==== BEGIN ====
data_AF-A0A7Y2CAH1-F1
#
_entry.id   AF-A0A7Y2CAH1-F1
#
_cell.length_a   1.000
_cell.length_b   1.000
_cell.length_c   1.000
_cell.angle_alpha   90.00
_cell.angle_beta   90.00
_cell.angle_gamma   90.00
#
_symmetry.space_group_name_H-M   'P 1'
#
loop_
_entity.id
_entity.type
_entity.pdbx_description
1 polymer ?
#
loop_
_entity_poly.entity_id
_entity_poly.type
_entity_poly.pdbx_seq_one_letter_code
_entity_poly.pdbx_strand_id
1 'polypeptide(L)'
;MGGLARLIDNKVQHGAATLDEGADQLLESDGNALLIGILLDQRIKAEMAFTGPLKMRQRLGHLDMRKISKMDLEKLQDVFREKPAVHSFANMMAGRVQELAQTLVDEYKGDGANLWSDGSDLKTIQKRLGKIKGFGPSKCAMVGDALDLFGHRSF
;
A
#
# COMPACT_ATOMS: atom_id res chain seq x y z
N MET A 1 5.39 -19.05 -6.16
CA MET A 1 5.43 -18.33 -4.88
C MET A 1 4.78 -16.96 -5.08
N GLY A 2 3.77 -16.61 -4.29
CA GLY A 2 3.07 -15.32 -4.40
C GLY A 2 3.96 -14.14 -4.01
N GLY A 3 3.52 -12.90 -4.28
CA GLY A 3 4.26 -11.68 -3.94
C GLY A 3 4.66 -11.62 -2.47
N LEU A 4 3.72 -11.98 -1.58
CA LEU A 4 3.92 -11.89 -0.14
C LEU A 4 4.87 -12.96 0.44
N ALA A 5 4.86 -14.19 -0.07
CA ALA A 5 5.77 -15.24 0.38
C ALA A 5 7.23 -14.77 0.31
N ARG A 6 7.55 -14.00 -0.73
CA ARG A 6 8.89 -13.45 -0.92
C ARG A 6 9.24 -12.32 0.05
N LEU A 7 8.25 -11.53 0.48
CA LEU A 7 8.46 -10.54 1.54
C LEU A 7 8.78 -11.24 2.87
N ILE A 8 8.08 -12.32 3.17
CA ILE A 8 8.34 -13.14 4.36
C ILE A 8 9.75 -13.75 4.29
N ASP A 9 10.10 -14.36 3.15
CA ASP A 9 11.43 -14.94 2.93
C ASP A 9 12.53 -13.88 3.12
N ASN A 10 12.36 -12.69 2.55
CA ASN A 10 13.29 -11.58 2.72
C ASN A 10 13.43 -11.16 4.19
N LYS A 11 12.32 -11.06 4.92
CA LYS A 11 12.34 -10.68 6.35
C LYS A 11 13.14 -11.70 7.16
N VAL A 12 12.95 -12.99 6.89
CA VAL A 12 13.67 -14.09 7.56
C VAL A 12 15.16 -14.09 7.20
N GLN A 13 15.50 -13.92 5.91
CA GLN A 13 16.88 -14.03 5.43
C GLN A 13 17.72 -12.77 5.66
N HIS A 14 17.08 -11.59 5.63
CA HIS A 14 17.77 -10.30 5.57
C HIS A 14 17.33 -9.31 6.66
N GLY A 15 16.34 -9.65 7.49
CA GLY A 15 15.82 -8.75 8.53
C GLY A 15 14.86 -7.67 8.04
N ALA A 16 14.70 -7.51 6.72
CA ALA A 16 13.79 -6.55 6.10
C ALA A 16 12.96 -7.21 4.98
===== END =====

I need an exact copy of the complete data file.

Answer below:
data_AF-A0A7Y2CAH1-F1
#
_entry.id   AF-A0A7Y2CAH1-F1
#
_cell.length_a   1.000
_cell.length_b   1.000
_cell.length_c   1.000
_cell.angle_alpha   90.00
_cell.angle_beta   90.00
_cell.angle_gamma   90.00
#
_symmetry.space_group_name_H-M   'P 1'
#
loop_
_entity.id
_entity.type
_entity.pdbx_description
1 polymer ?
#
loop_
_entity_poly.entity_id
_entity_poly.type
_entity_poly.pdbx_seq_one_letter_code
_entity_poly.pdbx_strand_id
1 'polypeptide(L)'
;MGGLARLIDNKVQHGAATLDEGADQLLESDGNALLIGILLDQRIKAEMAFTGPLKMRQRLGHLDMRKISKMDLEKLQDVFREKPAVHSFANMMAGRVQELAQTLVDEYKGDGANLWSDGSDLKTIQKRLGKIKGFGPSKCAMVGDALDLFGHRSF
;
A
#
# COMPACT_ATOMS: atom_id res chain seq x y z
N MET A 1 5.39 -19.05 -6.16
CA MET A 1 5.43 -18.33 -4.88
C MET A 1 4.78 -16.96 -5.08
N GLY A 2 3.77 -16.61 -4.29
CA GLY A 2 3.07 -15.32 -4.40
C GLY A 2 3.96 -14.14 -4.01
N GLY A 3 3.52 -12.90 -4.28
CA GLY A 3 4.26 -11.68 -3.94
C GLY A 3 4.66 -11.62 -2.47
N LEU A 4 3.72 -11.98 -1.58
CA LEU A 4 3.92 -11.89 -0.14
C LEU A 4 4.87 -12.96 0.44
N ALA A 5 4.86 -14.19 -0.07
CA ALA A 5 5.77 -15.24 0.38
C ALA A 5 7.23 -14.77 0.31
N ARG A 6 7.55 -14.00 -0.73
CA ARG A 6 8.89 -13.45 -0.92
C ARG A 6 9.24 -12.32 0.05
N LEU A 7 8.25 -11.53 0.48
CA LEU A 7 8.46 -10.54 1.54
C LEU A 7 8.78 -11.24 2.87
N ILE A 8 8.08 -12.32 3.17
CA ILE A 8 8.34 -13.14 4.36
C ILE A 8 9.75 -13.75 4.29
N ASP A 9 10.10 -14.36 3.15
CA ASP A 9 11.43 -14.94 2.93
C ASP A 9 12.53 -13.88 3.12
N ASN A 10 12.36 -12.69 2.55
CA ASN A 10 13.29 -11.58 2.72
C ASN A 10 13.43 -11.16 4.19
N LYS A 11 12.32 -11.06 4.92
CA LYS A 11 12.34 -10.68 6.35
C LYS A 11 13.14 -11.70 7.16
N VAL A 12 12.95 -12.99 6.89
CA VAL A 12 13.67 -14.09 7.56
C VAL A 12 15.16 -14.09 7.20
N GLN A 13 15.50 -13.92 5.91
CA GLN A 13 16.88 -14.03 5.43
C GLN A 13 17.72 -12.77 5.66
N HIS A 14 17.08 -11.59 5.63
CA HIS A 14 17.77 -10.30 5.57
C HIS A 14 17.33 -9.31 6.66
N GLY A 15 16.34 -9.65 7.49
CA GLY A 15 15.82 -8.75 8.53
C GLY A 15 14.86 -7.67 8.04
N ALA A 16 14.70 -7.51 6.72
CA ALA A 16 13.79 -6.55 6.10
C ALA A 16 12.96 -7.21 4.98